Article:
If he doesn’t get stopped on cuts much earlier.
ICE: I think because of his hand speed, Mike presents a real challenge for Ali. Mike at his best would make Ali work hard mentally as much as physically and it would take Ali some time to get used to the hand speed and the quick head movements that Mike loved to employ.
Really thinking about it, though, I think this is a fight where Ali’s prefight braggadoccio would never be more useful. One element that Mike usually had going for him was that it was very apparent his opponents were (rightfully so) either overly respectful if not downright afraid of him or they were too caught up in what he was doing for them to be focused fully on their own game plans.
In the case of Muhammad and Mike, though, I believe that the ten week build up before the fight would be more than enough time for a prime Ali to show Tyson that not only was he confident and ready but that intimidation was literally a non-factor. An irrelevant aspect to the fight. There is no doubt in my mind that thy prefight mental games would prove to be a huge asset to Ali and a huge detriment to Mike. From the poems and the insults and the jokes to what would surely be Ali’s complete dismissiveness of Mike, I believe they were enter the ring on fight night in two extremely different mindsets and only one of them would be comfortable with theirs.
In terms of fight night strategy, I am very sure Ali would be quick, nimble and very alert. He would stay off the ropes, out of the corners and up on his toes. He would talk and likely get inside Mike’s head. Many cagey boxers over the years were also able to tie Mike up repeatedly to limit his offense and no heavyweight in history did that better than Ali.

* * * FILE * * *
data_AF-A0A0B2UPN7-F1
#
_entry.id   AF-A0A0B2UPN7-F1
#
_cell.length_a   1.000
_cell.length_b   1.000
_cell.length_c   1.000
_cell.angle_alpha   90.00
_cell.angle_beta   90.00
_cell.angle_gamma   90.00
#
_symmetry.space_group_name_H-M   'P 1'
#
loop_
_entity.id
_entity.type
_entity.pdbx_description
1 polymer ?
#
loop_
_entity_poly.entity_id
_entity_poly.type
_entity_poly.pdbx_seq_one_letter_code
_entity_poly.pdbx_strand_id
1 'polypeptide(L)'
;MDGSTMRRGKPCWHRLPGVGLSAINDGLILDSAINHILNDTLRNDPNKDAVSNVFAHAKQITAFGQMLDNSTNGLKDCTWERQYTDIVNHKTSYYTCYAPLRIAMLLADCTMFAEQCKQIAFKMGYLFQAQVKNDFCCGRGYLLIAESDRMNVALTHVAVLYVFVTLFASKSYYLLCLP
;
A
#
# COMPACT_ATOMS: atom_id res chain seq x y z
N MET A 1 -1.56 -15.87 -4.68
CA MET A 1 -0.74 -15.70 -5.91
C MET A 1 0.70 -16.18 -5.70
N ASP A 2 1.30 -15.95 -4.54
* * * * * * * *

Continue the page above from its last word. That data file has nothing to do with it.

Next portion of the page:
Once Ali adjusts to the speed intangible I think he settles in very comfortably with Mike.
ICE: While I believe Wladimir would trouble Ali a bit with his height and his jab, I think he was a bit too predictable and robotic and that Ali would find enough holes in the slower man’s defense. Ali would likely be fast moving and elusive against Wlad from the start and would probably spent much of the bout looking somewhat awkward and out of synch. Probably wouldn’t be the most visually pleasing fight ever contested but I could see a nimble Ali sharply countering the Russian with two or three quick shots at a clip repeatedly over the course of 15 rounds to secure a solid decision.